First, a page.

When the people in between you and the families tell you everything is ok. What are you going to believe? You're going to think that everything is ok. Medically it is all ok. But the bottom line is those people are not the wounded. They are the people assigned to be at the hospital where the wounded are. They think like "leg walkers" (Chaz's favorite term) they don't think like someone with a disability. Some of them have not even been deployed. Some of them have absolutely no idea what are families are dealing with. The answer at Bethesda is we are healing the solider. Well good luck on healing that soldier without someone by his/her side to help. I want to rent a board in Times Square and announce it takes a nation to heal our wounded. People need to wake up, this includes some of the people working in Bethesda who think they know what's best for our families. You should not pass rules and regulations about subjects that you are ignorant about. You should try to at least understand our families and our sacrifices before you tell us how to heal. Don't tell us how to heal. Putting our babies in day care is not an answer. Keeping our cuties out of the PT/OT area is not the answer. Focusing on creating a sterile environment only breeds hate and resentment. If you ask a soldier how is everything they will tell you it's fine. Hello they are soldiers and they were beat into submission back in Basic Training. You want honesty ask the families. You will get the truth. Better yet, spend one day with us and you will see the truth.

I hate that we have families who feel like no one cares about them. I can't tell you how many families I have had to convince that people do care. The families who were at WRAMC with us said it seems like Bethesda wants to treat our soldiers and get rid of us as soon as possible. They feel this way because of the lack of activities the families have now. They feel this way because there is no place for the kids to play and be kids. They feel this way because we don't have a place where we can all hang out and chat like we did at the Malogne House. They feel this way because the non-profits are being blocked from the patients because "the Navy hasn't vetted them all yet." They feel this way because they have the experiences to back it up. At WRAMC we were taken care of, all of us.

I know that people care. Our company at WTB had the best change of leadership possible. Our leaders really, really care about our families. After months of pleading to get things started for the families Chaz's First Sargent listened and helped me make it happen. Our little caregiver resource group is growing strong and others are taking notice. So how do I know they care? I see little victories happening. FYI you cannot radically change the military, you have to do it a bit at a time. So I will continue to convince others to care so that not one single family feels like no one cares about them! I will help champion these families to anyone who will listen so we can heal these families!!

Thursday, November 17, 2011

A Night on the Hill with the Fisher House Foundation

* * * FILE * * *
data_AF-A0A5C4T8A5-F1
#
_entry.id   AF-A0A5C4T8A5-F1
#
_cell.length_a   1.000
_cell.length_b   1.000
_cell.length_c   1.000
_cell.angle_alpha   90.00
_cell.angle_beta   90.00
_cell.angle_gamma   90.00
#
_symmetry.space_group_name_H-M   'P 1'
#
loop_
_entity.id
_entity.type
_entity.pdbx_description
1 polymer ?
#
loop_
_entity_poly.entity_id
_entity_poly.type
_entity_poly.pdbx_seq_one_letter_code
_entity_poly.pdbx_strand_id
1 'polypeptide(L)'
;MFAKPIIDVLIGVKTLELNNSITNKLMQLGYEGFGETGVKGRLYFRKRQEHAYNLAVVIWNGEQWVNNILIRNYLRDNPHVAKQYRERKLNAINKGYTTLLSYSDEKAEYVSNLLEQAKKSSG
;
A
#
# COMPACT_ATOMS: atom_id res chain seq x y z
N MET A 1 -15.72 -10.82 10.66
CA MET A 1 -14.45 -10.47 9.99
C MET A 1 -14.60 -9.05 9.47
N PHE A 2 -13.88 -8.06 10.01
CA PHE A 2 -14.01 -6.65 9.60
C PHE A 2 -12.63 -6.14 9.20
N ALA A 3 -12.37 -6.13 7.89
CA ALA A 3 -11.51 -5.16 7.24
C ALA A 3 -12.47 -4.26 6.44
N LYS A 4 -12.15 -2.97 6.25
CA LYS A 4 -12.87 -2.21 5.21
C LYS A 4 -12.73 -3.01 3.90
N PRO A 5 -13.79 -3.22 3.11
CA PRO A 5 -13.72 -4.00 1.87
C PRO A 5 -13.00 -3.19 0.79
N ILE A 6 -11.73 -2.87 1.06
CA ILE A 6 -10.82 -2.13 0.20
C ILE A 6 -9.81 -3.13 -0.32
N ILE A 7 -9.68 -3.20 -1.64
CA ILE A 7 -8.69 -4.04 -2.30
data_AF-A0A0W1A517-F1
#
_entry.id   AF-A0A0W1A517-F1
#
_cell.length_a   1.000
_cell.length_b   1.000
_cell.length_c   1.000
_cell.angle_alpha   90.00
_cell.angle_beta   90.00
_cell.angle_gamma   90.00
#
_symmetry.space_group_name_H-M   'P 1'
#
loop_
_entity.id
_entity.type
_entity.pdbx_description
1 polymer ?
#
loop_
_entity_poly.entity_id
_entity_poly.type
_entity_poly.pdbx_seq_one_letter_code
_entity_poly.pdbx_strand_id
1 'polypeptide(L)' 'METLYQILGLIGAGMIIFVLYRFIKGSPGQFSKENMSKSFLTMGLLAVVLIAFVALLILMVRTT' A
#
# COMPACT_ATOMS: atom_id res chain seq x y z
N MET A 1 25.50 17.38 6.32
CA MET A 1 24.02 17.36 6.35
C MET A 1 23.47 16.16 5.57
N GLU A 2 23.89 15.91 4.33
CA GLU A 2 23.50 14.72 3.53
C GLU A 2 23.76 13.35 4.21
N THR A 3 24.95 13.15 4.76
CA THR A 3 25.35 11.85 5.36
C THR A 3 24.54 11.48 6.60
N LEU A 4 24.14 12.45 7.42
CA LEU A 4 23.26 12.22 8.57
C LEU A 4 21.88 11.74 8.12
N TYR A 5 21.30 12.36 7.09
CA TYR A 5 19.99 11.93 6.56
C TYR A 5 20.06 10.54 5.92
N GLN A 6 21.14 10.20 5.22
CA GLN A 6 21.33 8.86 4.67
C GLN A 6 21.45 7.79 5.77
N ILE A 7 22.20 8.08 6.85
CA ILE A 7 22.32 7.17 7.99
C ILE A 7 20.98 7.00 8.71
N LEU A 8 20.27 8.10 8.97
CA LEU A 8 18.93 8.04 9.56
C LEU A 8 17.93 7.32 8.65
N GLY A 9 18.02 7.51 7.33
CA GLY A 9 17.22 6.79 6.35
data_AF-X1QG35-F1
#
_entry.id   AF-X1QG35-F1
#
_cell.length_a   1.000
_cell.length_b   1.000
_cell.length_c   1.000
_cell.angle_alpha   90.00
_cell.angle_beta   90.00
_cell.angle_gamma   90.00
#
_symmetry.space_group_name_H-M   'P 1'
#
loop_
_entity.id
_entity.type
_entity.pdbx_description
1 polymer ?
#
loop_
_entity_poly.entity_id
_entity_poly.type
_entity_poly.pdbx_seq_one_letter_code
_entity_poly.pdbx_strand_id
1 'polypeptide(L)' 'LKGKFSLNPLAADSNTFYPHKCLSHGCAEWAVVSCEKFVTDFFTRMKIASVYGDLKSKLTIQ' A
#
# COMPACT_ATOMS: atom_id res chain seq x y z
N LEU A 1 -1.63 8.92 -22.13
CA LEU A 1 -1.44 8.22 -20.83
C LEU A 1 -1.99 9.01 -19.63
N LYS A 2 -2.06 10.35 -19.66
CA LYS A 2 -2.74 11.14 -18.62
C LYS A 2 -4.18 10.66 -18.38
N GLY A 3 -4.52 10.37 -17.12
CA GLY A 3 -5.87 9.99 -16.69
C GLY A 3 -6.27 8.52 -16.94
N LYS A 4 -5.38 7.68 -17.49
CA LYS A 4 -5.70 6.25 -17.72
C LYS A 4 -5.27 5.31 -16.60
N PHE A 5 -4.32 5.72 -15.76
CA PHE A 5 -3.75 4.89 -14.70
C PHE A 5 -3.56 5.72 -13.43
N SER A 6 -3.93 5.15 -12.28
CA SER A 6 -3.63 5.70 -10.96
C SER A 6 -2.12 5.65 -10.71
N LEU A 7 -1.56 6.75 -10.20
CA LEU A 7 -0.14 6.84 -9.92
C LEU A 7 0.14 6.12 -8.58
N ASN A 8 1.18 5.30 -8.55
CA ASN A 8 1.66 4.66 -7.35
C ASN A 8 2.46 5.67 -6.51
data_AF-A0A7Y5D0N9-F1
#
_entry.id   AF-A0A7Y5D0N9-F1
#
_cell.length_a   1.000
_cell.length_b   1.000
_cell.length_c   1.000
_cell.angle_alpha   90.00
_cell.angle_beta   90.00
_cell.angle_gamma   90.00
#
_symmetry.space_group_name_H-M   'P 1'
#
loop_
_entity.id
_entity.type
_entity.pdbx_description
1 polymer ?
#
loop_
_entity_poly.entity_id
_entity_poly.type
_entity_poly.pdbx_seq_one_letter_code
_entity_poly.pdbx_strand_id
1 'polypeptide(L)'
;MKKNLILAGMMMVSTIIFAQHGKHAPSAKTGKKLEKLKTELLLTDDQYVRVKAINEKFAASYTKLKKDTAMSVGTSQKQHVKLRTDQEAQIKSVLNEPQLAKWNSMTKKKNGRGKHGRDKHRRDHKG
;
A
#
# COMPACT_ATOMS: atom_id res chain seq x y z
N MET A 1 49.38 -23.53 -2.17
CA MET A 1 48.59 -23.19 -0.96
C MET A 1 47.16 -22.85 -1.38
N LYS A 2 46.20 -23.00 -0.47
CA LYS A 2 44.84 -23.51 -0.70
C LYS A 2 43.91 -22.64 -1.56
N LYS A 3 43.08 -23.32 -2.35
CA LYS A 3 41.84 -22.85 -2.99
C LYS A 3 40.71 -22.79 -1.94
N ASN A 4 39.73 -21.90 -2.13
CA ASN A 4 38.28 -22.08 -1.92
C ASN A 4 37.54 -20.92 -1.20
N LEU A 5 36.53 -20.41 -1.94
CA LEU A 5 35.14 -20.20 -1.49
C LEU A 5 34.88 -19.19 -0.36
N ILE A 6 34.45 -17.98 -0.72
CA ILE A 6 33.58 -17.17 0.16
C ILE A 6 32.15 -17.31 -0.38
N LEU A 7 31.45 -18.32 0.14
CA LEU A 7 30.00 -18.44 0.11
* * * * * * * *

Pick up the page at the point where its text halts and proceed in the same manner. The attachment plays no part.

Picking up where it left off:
Last night Chaz and I went back to Capitol Hill. This time it was not for a tour. The Fisher House Foundation (FHF) invited us to come and be apart of their reception on the Hill. FHF wanted to bring a family to the reception so the people attending could hear first hand from a beneficiary of the FHF. When these amazing organizations ask Chaz and I to come talk about them, we jump at the chance. Chaz, Demetria and I actually decided to leave NYC Tuesday night at 9pm so that way we could miss all the morning traffic. So we got in Wednesday morning at 1am and crashed into our beds! We wanted to be in Maryland so we could rest and actually enjoy our night last night and we accomplished that mission. Demetria stayed at our apartment with the girls and Chaz and I went on our little adventure.

We arrived early, but before we knew it the room was filled with people. You couldn't take two steps without walking into a high ranking military person or person associated with Congress. The FHF made sure Chaz and I were very well taken care of. If you haven't met anyone from Fisher House you should. They are the most extraordinary people. They want to help military families succeed. Their hearts are concretely in the correct place. They are constantly looking towards the future to see what else they can do for military families.

I have to tell you listening to Ken Fisher talk about our little family was an absolutely great moment. He wanted to make sure everyone there knew that our presence there was to remind them all what Fisher House was all about. My favorite part was that he pointed out we are only one family and that there are so many more of us out there. He told them about the millions of nights families have stayed at Fisher Houses across the country and in Germany and that Hero Miles just issued its 25,000th air plane ticket. It's just awesome!

The absolute coolest moment came when I saw Chaz across the room and people were lining up to meet him. Then I saw Montel Williams and he had a line too. But Chaz's line was double the length of Montel's, kind of cool, huh?! By the way Montel is another great American. We met him months ago and then again last night. He is a huge supporter of Fisher House. He even comes and cooks for the families staying in the Fisher Houses. He has supplied some of their kitchens. He loves to come in and just hang out with the families. But you know none of what I just told you will end up on the news. So let me tell you that great news!